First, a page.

Joe Mitchell, the Republican State Rep. from Wayland, said Friday that playing political football with children’s education was “absolutely disgusting”.
The context was that the state’s biggest public schools were throwing their respective weight around in ignoring Governor Kim Reynolds’ directive to get back to school. At least optionally, anyway.
He’s right. Political football, or any political sport for that reason, has to be measured when it comes to our children’s futures. Just as measured as the state giving those same schools in the Des Moines public system who haven’t been in school since the start of the year – thumbing their noses at Reynolds – $41 million in federal second-round CARES funding.
The formula for the funds is based on the formula used to determine free and reduced meal enrollments. Central Lee got $500,000 comparative dollars.
But most sports need at least two people to play and now the state is playing political football, mandating that public school students be offered a 100% in-person option at the state’s public schools. That’s the defense to the Des Moines’ systems offense. And the legislature has the numbers to make it happen.
In the very same breath, Reynolds says she can’t guarantee the safety of any of the state’s teachers or students because there aren’t enough coronavirus vaccines to protect everyone.
So she and the GOP-controlled legislature are playing the odds, and quite frankly the odds are in favor of being in school. Parents still have the option of online learning. The governor is only requiring an option for 100% in-person learning.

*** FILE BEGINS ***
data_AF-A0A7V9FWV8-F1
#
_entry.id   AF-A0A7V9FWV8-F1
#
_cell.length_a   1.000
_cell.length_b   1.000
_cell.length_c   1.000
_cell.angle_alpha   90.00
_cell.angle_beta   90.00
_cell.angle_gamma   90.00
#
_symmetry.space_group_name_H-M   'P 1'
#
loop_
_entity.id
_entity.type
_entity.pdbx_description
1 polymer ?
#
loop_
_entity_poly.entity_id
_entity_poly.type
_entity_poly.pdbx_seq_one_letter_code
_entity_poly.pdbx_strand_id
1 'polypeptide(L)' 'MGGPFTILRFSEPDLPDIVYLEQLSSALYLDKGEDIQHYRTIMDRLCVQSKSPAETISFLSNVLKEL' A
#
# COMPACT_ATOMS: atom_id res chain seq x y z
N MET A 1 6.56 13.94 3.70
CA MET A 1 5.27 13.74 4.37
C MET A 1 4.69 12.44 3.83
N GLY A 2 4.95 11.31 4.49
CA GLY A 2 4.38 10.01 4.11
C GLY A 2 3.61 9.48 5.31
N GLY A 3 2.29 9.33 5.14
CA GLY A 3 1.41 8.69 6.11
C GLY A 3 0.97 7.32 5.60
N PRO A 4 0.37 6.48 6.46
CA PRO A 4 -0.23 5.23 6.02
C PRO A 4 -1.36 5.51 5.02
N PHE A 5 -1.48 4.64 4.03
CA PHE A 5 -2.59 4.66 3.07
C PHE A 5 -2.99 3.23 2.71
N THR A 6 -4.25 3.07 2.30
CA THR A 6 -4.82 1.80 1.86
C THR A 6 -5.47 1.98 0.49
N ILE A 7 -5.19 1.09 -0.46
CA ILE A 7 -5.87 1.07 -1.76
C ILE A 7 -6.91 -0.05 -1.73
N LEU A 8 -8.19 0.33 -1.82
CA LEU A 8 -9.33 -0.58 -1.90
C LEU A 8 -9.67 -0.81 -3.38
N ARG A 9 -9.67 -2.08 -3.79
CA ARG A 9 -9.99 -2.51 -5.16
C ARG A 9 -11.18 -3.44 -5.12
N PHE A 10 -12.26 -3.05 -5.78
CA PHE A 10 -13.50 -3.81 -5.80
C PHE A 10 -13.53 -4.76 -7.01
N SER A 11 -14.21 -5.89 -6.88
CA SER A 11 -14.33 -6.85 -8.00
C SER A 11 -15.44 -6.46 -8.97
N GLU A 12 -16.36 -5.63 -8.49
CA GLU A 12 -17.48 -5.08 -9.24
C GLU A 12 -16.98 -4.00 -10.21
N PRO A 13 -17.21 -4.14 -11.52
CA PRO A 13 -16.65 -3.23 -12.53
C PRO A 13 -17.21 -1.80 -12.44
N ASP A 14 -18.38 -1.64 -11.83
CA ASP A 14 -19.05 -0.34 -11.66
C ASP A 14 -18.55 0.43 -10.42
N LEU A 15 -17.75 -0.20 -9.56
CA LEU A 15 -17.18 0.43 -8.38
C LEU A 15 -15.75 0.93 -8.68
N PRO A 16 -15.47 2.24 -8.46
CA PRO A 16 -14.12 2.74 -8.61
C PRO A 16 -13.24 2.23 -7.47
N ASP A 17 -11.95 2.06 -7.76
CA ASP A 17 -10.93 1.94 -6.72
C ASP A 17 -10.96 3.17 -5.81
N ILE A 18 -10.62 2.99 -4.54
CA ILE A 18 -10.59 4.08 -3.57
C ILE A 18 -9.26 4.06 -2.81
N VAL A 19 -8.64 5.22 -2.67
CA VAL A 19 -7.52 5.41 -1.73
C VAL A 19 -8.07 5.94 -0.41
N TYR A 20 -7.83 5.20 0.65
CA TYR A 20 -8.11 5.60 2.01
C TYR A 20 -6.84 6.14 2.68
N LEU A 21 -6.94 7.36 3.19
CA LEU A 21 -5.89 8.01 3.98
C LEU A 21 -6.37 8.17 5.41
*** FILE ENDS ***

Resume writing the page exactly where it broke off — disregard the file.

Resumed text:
But we bet there’s a hedge here. She wants to move public funds to private schools through legislation being proposed through Senate File 189, so she’s getting a bill that only requires an option. Although she has the numbers, she may also be thinking re-election at this point.
The senate file really is only focused on about 10,000 students in about 34 schools who would qualify under the bill.
But it still scratches at that old adage of separation of church and state.
But let’s just set that aside for a moment, because we do have problems in our public schools. A look at local public schools points to a few of those concerns.
Due to COVID, the most recent Iowa Dept. of Education data on district performance is from 2019.
Fort Madison’s post-secondary preparedness for collegiate exam success including the ACT is 50.9%, .8% above the state average. The FMCSD 4-year graduation rate was 88.1%, 3.4% below the state average. The district’s post-secondary readiness participation index in 2019, again the most recent data available, was 41.7%, 8% below the state average.
Central Lee’s comparative numbers for preparedness for post-secondary readiness success was just 40%, but their 4-year graduation rate is 93.7% and their post secondary participation index is 60%, both above the state average.
2020’s online learning has been difficult, and, according to one grandparent at the FMSCD’s school board meeting last Monday, teachers are spending too much time on their phones in the back of the room while proctoring online learning in the classroom.
That grandparent may or may not have been talking about an isolated incident, but it’s no secret that our children in K-12 learn better in person. I personally sat in on an optional online class with Holy Trinity during the pandemic, and not one student showed up for the class.